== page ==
“Our new campus is very much a work in progress and we would welcome people’s feedback, on everything from education provision, research and innovation to community engagement and transport links.  We don’t know exactly what it will look like yet, but we do know that we want it to feel welcoming to everyone and to be a place for the whole city to learn, explore and enjoy.”

Although designs for the campus are in their infancy and will be informed by the outcome of the consultation, there are ambitions to develop landmark buildings and public spaces which will provide a fitting welcome to those travelling into Bristol.

Fully developed, the Enterprise Zone has the potential to attract over 17,000 jobs over its 25-year lifetime and add a further £100 million a year to the city’s economy.

A second round of consultation will follow in September before an outline planning application is submitted to Bristol City Council later in the year. Applications for individual buildings will follow, with further consultation in 2018/19, when building work is expected to start. The new campus is planned to open for 2021, says Cliffe.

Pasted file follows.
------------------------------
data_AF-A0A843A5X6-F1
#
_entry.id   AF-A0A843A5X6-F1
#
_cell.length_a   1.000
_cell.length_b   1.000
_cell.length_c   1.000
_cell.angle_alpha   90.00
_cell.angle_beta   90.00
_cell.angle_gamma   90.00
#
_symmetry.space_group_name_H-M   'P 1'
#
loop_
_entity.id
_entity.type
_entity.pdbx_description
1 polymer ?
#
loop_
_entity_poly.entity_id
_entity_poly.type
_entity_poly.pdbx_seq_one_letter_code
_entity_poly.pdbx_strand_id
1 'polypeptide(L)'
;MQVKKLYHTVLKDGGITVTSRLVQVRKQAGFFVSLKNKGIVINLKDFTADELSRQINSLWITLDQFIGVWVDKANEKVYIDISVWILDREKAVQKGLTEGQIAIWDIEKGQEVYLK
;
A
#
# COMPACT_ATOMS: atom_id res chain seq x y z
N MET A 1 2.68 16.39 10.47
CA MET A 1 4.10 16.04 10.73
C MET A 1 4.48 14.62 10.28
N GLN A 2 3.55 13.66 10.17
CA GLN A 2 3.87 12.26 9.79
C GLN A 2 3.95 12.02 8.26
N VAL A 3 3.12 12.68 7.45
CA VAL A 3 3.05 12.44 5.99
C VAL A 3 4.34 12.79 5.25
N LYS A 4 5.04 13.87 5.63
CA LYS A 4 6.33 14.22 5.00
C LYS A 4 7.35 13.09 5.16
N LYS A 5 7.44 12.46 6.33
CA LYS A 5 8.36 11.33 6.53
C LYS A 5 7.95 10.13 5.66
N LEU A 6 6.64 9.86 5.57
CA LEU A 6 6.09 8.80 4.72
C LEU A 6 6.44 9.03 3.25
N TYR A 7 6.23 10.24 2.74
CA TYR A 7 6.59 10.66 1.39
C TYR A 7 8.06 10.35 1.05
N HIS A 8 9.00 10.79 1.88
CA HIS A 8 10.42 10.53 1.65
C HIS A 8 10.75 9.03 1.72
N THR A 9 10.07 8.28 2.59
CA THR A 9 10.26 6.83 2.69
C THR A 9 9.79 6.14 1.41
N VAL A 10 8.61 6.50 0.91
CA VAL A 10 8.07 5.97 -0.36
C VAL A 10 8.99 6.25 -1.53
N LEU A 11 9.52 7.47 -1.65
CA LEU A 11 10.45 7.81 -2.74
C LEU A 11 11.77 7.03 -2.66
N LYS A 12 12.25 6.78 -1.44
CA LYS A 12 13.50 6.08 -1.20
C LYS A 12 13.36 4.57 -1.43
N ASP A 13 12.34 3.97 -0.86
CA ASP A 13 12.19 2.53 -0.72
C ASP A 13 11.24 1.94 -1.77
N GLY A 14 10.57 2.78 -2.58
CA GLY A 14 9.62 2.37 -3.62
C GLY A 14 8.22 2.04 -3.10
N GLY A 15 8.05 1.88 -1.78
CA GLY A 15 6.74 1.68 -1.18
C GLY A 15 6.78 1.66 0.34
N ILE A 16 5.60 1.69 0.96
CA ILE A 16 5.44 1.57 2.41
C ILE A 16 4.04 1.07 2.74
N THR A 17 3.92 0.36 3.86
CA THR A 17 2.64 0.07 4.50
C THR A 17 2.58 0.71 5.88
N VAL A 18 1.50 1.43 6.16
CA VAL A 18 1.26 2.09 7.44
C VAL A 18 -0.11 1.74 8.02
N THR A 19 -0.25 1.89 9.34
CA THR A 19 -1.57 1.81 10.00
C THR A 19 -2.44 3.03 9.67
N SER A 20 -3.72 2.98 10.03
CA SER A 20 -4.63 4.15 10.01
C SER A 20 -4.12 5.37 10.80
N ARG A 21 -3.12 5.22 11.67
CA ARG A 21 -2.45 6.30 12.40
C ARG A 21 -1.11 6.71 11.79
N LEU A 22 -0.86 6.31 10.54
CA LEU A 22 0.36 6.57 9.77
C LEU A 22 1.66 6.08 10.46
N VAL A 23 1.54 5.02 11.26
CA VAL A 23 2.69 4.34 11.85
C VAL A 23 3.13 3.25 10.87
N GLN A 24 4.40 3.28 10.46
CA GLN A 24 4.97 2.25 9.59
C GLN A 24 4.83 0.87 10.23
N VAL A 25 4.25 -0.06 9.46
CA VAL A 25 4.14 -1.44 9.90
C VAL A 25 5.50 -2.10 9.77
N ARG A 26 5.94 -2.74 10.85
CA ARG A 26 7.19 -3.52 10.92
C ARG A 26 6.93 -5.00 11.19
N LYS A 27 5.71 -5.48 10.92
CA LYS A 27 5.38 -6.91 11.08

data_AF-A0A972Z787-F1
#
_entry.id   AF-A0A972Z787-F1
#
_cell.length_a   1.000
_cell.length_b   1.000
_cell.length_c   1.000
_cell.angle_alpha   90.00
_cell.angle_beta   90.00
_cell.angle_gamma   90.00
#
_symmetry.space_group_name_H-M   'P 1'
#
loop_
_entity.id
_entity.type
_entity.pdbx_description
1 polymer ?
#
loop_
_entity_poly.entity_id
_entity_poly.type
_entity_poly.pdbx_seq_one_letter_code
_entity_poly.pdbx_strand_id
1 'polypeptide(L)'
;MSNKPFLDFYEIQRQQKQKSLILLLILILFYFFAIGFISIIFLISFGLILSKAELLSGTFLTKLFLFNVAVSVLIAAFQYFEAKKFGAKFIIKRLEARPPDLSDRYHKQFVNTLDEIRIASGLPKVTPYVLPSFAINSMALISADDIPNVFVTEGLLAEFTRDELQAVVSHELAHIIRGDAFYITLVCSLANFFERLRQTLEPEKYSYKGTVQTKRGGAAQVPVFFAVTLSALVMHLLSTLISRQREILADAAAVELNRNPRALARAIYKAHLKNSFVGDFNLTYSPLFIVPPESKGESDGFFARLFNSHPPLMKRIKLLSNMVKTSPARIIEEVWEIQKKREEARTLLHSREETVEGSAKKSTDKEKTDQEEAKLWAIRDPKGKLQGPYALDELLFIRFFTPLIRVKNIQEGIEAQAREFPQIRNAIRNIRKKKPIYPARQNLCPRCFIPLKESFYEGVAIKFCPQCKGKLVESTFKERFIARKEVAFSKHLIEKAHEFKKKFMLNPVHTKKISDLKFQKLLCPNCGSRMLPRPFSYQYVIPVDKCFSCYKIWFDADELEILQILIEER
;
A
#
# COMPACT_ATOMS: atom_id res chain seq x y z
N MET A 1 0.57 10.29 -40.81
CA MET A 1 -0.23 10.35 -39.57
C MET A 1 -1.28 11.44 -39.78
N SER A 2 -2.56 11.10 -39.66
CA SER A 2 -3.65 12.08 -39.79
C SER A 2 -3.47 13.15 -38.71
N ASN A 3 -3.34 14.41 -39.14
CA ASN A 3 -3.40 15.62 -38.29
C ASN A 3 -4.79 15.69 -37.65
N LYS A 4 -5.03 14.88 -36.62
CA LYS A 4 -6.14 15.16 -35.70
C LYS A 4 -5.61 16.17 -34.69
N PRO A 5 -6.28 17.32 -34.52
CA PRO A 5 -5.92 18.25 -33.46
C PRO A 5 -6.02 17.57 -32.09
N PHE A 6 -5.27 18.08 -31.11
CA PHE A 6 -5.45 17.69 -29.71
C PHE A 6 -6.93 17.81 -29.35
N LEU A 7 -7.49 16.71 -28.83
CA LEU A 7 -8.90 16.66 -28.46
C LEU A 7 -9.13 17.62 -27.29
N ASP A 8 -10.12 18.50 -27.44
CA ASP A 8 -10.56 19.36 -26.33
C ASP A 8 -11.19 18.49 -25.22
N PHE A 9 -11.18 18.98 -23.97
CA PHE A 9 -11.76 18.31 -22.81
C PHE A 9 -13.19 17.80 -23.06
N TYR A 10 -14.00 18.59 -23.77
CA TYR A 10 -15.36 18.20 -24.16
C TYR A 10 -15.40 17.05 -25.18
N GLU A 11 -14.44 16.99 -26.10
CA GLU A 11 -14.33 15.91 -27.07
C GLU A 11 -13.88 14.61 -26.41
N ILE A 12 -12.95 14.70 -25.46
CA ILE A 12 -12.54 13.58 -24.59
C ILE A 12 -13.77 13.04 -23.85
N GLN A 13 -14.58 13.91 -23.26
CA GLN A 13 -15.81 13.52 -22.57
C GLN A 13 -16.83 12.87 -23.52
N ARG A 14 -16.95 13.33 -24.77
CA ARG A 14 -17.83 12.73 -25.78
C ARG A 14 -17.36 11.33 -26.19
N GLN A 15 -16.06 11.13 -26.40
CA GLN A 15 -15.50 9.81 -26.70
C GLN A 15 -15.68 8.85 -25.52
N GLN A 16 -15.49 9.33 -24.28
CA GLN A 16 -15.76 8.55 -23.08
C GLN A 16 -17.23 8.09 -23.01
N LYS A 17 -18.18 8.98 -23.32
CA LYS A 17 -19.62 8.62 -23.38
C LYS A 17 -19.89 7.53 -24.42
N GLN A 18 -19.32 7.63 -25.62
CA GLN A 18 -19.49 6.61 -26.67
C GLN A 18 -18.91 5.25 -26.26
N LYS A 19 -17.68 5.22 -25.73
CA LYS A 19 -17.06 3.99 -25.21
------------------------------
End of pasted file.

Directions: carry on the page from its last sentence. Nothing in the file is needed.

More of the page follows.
Swindon plans Technology Innovation Centre at station

June 22, 2017 by · Leave a Comment
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Swindon Borough Council has acquired the historic CarriageWorks building from Network Rail to develop a technology innovation centre.

The CarriageWorks is a Brunel heritage building, a five minute walk from Swindon station and will provide a total of 126k sqft. The Council has also acquired a carpark alongside, so there will be parking with conference facilities at the STEAM Museum next door.